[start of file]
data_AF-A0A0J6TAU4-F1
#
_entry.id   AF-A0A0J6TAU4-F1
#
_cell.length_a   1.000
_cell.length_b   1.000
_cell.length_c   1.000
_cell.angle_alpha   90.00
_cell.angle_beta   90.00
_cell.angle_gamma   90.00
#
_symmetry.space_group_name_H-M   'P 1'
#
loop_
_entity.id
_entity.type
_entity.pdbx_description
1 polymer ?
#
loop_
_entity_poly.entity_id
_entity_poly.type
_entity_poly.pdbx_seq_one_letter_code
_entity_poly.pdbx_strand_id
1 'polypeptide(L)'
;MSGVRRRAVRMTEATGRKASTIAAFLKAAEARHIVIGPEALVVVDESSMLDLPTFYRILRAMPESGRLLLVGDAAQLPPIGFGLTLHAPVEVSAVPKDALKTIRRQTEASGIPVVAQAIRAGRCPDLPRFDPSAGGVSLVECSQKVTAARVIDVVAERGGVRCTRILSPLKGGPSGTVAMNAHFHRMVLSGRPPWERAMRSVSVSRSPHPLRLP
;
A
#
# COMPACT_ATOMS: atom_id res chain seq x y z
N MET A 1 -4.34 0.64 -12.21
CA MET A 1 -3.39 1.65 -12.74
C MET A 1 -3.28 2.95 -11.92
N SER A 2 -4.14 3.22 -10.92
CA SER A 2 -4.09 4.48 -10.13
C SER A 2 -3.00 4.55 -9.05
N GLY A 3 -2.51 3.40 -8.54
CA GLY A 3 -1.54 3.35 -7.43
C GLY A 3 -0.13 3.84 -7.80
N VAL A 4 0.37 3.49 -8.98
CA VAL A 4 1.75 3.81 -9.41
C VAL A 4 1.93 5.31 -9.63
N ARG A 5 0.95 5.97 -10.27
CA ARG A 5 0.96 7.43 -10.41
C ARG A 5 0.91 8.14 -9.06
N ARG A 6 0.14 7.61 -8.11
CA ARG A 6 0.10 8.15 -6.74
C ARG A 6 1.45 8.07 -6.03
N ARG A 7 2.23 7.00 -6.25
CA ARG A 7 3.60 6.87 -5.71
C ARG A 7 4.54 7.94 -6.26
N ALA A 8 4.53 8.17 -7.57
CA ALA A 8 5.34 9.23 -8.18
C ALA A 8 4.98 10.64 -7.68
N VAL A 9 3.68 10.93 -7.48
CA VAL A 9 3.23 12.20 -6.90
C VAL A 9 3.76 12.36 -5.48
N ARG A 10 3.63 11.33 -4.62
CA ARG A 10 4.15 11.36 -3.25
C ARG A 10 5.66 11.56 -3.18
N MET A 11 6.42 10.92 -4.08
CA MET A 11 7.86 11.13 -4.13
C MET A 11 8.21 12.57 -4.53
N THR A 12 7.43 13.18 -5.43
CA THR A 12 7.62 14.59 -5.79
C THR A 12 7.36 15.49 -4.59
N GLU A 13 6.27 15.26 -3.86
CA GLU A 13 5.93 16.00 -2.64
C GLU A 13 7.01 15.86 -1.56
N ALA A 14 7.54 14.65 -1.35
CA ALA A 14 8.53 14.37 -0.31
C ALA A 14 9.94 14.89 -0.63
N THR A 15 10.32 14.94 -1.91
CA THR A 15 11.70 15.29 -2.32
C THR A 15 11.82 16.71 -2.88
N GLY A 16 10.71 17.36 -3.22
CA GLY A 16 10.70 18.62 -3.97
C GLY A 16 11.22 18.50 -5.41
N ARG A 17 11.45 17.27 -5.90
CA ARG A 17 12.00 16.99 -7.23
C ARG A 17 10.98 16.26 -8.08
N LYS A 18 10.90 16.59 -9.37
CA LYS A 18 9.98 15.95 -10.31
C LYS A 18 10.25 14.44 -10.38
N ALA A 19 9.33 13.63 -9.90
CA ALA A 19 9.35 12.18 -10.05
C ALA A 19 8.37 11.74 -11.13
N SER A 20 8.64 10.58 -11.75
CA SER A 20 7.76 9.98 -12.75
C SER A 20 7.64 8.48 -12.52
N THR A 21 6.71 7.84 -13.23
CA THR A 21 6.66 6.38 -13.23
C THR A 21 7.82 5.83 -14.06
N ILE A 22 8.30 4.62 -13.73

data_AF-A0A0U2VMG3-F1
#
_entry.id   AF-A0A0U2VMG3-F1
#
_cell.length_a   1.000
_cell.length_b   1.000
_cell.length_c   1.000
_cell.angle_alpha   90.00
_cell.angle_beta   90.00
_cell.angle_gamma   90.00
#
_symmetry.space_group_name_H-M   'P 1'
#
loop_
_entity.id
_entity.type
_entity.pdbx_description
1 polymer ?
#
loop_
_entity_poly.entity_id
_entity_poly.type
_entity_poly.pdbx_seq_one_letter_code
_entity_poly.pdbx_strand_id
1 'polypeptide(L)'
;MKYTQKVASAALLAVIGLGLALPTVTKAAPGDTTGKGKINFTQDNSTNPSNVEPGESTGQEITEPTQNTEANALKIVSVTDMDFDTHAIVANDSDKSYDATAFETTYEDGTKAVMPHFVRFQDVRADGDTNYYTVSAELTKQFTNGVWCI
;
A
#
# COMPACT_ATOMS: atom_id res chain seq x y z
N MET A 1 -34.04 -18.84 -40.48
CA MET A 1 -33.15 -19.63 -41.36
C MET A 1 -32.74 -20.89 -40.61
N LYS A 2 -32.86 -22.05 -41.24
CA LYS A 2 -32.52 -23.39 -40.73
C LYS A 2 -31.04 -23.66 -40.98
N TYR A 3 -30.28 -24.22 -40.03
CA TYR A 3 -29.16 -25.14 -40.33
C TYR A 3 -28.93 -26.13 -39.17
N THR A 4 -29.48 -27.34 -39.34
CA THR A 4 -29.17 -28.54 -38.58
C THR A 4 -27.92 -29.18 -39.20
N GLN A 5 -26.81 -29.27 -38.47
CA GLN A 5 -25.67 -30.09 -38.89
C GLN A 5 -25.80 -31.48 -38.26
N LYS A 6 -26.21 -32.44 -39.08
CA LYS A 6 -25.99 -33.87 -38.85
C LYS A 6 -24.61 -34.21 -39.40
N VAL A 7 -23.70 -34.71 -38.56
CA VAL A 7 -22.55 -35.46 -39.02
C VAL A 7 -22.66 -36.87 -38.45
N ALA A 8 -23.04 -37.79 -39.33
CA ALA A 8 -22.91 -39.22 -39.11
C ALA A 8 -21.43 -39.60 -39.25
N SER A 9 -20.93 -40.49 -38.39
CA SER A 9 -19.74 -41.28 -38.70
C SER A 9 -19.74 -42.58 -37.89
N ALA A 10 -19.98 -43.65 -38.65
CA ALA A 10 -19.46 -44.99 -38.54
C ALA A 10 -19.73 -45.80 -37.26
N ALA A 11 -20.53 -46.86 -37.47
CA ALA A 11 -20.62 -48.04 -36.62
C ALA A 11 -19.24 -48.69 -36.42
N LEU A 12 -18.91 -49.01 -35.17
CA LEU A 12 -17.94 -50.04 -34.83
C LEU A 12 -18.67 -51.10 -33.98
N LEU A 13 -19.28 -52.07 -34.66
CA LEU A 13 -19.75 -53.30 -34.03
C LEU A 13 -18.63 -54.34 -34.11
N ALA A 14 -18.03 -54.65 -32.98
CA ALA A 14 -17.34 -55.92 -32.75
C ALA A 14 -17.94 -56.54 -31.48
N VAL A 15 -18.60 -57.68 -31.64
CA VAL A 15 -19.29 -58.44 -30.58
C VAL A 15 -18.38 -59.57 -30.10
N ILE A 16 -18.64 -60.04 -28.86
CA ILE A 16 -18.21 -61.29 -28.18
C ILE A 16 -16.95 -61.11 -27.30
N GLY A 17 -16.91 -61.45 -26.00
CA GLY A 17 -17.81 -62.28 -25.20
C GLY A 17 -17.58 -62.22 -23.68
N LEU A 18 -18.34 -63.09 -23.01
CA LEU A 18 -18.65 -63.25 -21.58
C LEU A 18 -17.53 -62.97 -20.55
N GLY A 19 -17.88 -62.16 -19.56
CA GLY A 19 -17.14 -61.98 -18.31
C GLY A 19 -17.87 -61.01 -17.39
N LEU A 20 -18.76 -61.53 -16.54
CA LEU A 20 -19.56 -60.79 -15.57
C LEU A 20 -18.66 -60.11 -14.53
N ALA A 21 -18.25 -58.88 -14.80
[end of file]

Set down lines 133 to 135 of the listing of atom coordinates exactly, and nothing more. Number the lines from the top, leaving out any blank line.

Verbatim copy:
C TYR A 3 -28.93 -26.13 -39.17
N THR A 4 -29.48 -27.34 -39.34
CA THR A 4 -29.17 -28.54 -38.58